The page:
Background: Physical inactivity can lead to numerous health issues. More recently, advances in technology have catered to this area of concern. Activity-promoting video games or exergames, have recently been providing consumers with an innovative and alternative experience to exercise. Traditional exercise modalities such as the cycle ergometer (CE) have utilized video game (VG) play to help increase exercise enjoyment and overall health benefits. However, few studies have examined CE and VG play in this regard.
Purpose: The purpose of this study was to investigate if cycling with a non-interactive CE while playing a VG is a viable option to increasing exercise enjoyment while eliciting low perceived exertion and increased physiological benefit.
Methods: A within-subjects experimental design was utilized. College-aged males (n=24; ages 18-25 years [SD±22.17]) participated in four sessions: (i) Familiarization, (ii) cycling while playing an Xbox® 360 VG console, (iii) cycling while watching music videos (MV), and (iv) cycling with no external media (CT). Measures included exercise enjoyment (modified PACES; Whitehead et al., 2008), perceived exertion (Borg’s 6-20 RPE scale, [Borg, 1982]), heart rate (HR), and total work output. It was hypothesized that: (i) experimental condition of CE with VG play would produce higher enjoyment scores, (ii) would keep perceived exertion levels the same or below the music video and control conditions and elicit higher HRs and total work output. Data Analysis included descriptive statistics and paired t-tests with Holm’s Sequential Bonferroni adjustments.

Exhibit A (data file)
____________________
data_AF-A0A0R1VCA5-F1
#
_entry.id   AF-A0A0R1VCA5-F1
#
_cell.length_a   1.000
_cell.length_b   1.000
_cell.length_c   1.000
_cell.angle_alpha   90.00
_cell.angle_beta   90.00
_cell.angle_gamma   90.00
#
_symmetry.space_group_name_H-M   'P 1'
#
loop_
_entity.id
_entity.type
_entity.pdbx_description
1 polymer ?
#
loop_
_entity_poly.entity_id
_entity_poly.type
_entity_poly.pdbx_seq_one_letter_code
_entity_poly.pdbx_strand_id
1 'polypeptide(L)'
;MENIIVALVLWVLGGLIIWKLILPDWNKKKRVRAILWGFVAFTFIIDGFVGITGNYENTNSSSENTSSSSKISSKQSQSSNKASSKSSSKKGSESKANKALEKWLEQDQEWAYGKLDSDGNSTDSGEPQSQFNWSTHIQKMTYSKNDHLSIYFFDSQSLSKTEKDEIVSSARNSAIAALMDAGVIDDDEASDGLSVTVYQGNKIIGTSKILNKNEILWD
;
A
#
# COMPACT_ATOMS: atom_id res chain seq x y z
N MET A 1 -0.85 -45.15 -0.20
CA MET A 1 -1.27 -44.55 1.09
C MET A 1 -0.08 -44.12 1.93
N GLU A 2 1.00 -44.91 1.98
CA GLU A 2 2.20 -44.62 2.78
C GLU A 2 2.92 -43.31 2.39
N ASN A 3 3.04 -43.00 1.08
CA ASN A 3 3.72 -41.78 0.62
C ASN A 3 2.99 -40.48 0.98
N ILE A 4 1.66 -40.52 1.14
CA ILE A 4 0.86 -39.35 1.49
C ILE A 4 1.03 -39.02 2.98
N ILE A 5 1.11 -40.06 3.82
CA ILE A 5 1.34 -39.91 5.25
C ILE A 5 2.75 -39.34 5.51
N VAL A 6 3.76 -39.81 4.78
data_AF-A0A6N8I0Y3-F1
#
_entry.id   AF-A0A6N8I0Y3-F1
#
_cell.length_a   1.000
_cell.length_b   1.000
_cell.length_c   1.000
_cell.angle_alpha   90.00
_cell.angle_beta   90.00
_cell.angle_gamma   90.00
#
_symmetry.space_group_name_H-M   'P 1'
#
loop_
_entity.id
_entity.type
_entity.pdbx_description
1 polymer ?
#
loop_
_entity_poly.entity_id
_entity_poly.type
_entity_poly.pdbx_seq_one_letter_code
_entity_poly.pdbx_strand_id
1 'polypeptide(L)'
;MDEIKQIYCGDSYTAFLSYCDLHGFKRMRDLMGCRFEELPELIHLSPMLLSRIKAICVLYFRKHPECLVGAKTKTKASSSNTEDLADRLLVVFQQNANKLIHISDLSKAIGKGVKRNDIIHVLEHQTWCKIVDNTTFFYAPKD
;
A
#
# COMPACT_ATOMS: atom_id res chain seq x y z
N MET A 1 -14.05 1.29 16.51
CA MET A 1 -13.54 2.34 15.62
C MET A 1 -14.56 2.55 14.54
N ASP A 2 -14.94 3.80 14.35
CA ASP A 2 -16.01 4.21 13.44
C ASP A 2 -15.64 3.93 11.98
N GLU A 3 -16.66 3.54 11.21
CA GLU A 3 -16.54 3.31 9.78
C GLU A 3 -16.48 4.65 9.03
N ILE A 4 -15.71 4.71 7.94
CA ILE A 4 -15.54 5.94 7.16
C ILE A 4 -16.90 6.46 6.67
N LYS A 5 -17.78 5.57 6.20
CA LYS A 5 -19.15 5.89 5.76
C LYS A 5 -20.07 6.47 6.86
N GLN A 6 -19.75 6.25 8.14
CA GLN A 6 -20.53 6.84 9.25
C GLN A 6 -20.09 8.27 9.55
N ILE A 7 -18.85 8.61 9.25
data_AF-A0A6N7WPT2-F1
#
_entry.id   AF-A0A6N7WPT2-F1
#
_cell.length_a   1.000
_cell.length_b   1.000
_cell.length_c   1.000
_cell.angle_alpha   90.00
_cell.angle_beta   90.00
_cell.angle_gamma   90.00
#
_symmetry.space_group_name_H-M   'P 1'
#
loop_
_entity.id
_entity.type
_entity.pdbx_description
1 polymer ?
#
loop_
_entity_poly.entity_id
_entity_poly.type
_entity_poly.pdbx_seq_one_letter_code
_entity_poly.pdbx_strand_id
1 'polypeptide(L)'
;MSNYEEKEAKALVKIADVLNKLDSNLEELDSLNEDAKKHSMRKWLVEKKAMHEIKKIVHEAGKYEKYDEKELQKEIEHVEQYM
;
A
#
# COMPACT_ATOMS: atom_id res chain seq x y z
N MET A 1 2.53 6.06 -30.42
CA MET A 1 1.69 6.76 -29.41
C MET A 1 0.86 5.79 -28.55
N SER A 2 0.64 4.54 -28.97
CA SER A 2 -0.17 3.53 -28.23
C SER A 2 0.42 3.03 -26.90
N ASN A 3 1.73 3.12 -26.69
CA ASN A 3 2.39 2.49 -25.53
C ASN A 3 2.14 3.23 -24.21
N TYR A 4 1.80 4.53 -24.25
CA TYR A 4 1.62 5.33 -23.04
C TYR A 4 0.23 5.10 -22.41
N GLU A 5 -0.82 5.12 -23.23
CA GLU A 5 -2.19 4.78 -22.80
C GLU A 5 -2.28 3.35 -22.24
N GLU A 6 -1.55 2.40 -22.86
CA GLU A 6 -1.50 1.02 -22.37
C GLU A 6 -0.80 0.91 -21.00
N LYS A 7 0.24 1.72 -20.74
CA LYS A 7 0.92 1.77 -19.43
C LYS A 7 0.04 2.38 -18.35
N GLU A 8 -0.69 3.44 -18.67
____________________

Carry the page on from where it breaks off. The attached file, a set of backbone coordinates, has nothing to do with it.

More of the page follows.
Results: Paired t-tests with Holm’s Sequential Bonferroni adjustment was utilized for analyzing any statistically significant differences between the three treatment conditions. In terms of exercise enjoyment, the VG and MV conditions consisted of the highest PACES scores, but there was no statistically significant difference between the two treatments. RPE was significantly lower in the VG condition than both the MV and CT conditions (VG M=13.21, SD=±1.56; MV M=14.46, SD=±1.72; t(23)=-3.55, p<.005, d=.73 and VG M=13.21, SD=±1.56; CT M=14.25, SD=±1.62; t(23)=-3.65, p<.001, d=.64). There were no statistically significant differences in HR between the three conditions. A significantly higher total work output was observed in the MV condition over the VG condition and CT over the VG condition (VG M=113.12, SD=±29.21; MV M=128.11, SD=±30.17, t(23)=-6.22, p<.001, d=.51 and VG M=113.12, SD=±29.21; CT M=122.75, SD=±33.30 t (23)=-3.96, p<.005, d=.33).
Conclusion: The obesity epidemic is a great health concern and it has been linked to many causal factors. Insufficient daily PA and exercise has been shown to spur the onset of obesity development and potentially other serious health consequences. PA is necessary for helping to negate these health risks. This investigation has shown that positive benefits can be produced from cycling with a non-interactive CE while playing a console video game. The results of this study suggest that this particular cycling and video game setup can elicit an exercise bout that is just as effective as with cycling using other external media (i.e., watching music videos) as well as without any external media. The use of video games intertwined with traditional exercise modalities could help combat the obesity epidemic as it can be potentially used as another avenue for improving ones’ health and fitness. This in turn, may provide a more enjoyable, motivating, and engaging experience for an individual who is not meeting the recommended daily PA guidelines. This may ultimately keep their PA and exercise adherence at a high state.
|Advisor:||Whitehead, James R.|
|Commitee:||Fitzgerald, John S., Hastmann, Tanis J.|
|School:||The University of North Dakota|
|School Location:||United States -- North Dakota|
|Source:||MAI 53/06M(E), Masters Abstracts International|
|Subjects:||Kinesiology, Mass communications|
|Keywords:||Cycling, Exercise enjoyment, Exergames, RPE, Video games, Xbox|
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